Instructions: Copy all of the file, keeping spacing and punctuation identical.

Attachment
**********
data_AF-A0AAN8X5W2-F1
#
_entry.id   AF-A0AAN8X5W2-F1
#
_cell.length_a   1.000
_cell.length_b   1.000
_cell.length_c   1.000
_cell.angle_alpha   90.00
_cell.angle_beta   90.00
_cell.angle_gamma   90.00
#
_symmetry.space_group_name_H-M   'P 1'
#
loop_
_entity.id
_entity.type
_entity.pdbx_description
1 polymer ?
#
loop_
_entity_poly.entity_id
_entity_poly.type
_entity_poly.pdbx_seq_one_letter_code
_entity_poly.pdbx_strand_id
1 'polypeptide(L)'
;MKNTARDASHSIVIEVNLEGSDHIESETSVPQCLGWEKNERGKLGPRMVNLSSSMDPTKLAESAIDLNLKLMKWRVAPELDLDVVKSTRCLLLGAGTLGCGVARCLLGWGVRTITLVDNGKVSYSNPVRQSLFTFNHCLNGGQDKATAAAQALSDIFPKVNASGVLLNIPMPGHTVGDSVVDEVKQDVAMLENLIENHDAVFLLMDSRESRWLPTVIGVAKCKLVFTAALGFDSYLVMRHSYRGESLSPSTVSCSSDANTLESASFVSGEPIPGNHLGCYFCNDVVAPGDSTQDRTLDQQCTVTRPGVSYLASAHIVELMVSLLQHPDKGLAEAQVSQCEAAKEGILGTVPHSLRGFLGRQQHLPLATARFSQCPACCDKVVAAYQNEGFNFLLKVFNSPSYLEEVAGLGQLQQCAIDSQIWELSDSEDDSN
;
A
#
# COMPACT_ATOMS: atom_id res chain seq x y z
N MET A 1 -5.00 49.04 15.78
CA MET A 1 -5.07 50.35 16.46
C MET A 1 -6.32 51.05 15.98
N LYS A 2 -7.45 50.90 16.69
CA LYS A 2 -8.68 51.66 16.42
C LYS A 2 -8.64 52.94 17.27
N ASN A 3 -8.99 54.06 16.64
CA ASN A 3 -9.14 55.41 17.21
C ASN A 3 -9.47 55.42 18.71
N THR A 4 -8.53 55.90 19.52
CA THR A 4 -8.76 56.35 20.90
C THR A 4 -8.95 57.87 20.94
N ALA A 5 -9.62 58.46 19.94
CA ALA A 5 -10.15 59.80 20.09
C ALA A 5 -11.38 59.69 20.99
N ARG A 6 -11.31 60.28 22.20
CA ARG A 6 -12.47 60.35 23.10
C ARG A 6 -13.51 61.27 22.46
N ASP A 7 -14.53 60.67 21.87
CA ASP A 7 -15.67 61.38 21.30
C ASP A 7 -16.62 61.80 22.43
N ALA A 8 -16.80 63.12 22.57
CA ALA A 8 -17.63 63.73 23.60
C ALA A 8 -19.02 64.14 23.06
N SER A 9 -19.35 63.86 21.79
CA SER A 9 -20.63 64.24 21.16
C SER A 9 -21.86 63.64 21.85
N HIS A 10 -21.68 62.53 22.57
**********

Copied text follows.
data_AF-A0AAN8X5W2-F1
#
_entry.id   AF-A0AAN8X5W2-F1
#
_cell.length_a   1.000
_cell.length_b   1.000
_cell.length_c   1.000
_cell.angle_alpha   90.00
_cell.angle_beta   90.00
_cell.angle_gamma   90.00
#
_symmetry.space_group_name_H-M   'P 1'
#
loop_
_entity.id
_entity.type
_entity.pdbx_description
1 polymer ?
#
loop_
_entity_poly.entity_id
_entity_poly.type
_entity_poly.pdbx_seq_one_letter_code
_entity_poly.pdbx_strand_id
1 'polypeptide(L)'
;MKNTARDASHSIVIEVNLEGSDHIESETSVPQCLGWEKNERGKLGPRMVNLSSSMDPTKLAESAIDLNLKLMKWRVAPELDLDVVKSTRCLLLGAGTLGCGVARCLLGWGVRTITLVDNGKVSYSNPVRQSLFTFNHCLNGGQDKATAAAQALSDIFPKVNASGVLLNIPMPGHTVGDSVVDEVKQDVAMLENLIENHDAVFLLMDSRESRWLPTVIGVAKCKLVFTAALGFDSYLVMRHSYRGESLSPSTVSCSSDANTLESASFVSGEPIPGNHLGCYFCNDVVAPGDSTQDRTLDQQCTVTRPGVSYLASAHIVELMVSLLQHPDKGLAEAQVSQCEAAKEGILGTVPHSLRGFLGRQQHLPLATARFSQCPACCDKVVAAYQNEGFNFLLKVFNSPSYLEEVAGLGQLQQCAIDSQIWELSDSEDDSN
;
A
#
# COMPACT_ATOMS: atom_id res chain seq x y z
N MET A 1 -5.00 49.04 15.78
CA MET A 1 -5.07 50.35 16.46
C MET A 1 -6.32 51.05 15.98
N LYS A 2 -7.45 50.90 16.69
CA LYS A 2 -8.68 51.66 16.42
C LYS A 2 -8.64 52.94 17.27
N ASN A 3 -8.99 54.06 16.64
CA ASN A 3 -9.14 55.41 17.21
C ASN A 3 -9.47 55.42 18.71
N THR A 4 -8.53 55.90 19.52
CA THR A 4 -8.76 56.35 20.90
C THR A 4 -8.95 57.87 20.94
N ALA A 5 -9.62 58.46 19.94
CA ALA A 5 -10.15 59.80 20.09
C ALA A 5 -11.38 59.69 20.99
N ARG A 6 -11.31 60.28 22.20
CA ARG A 6 -12.47 60.35 23.10
C ARG A 6 -13.51 61.27 22.46
N ASP A 7 -14.53 60.67 21.87
CA ASP A 7 -15.67 61.38 21.30
C ASP A 7 -16.62 61.80 22.43
N ALA A 8 -16.80 63.12 22.57
CA ALA A 8 -17.63 63.73 23.60
C ALA A 8 -19.02 64.14 23.06
N SER A 9 -19.35 63.86 21.79
CA SER A 9 -20.63 64.24 21.16
C SER A 9 -21.86 63.64 21.85
N HIS A 10 -21.68 62.53 22.57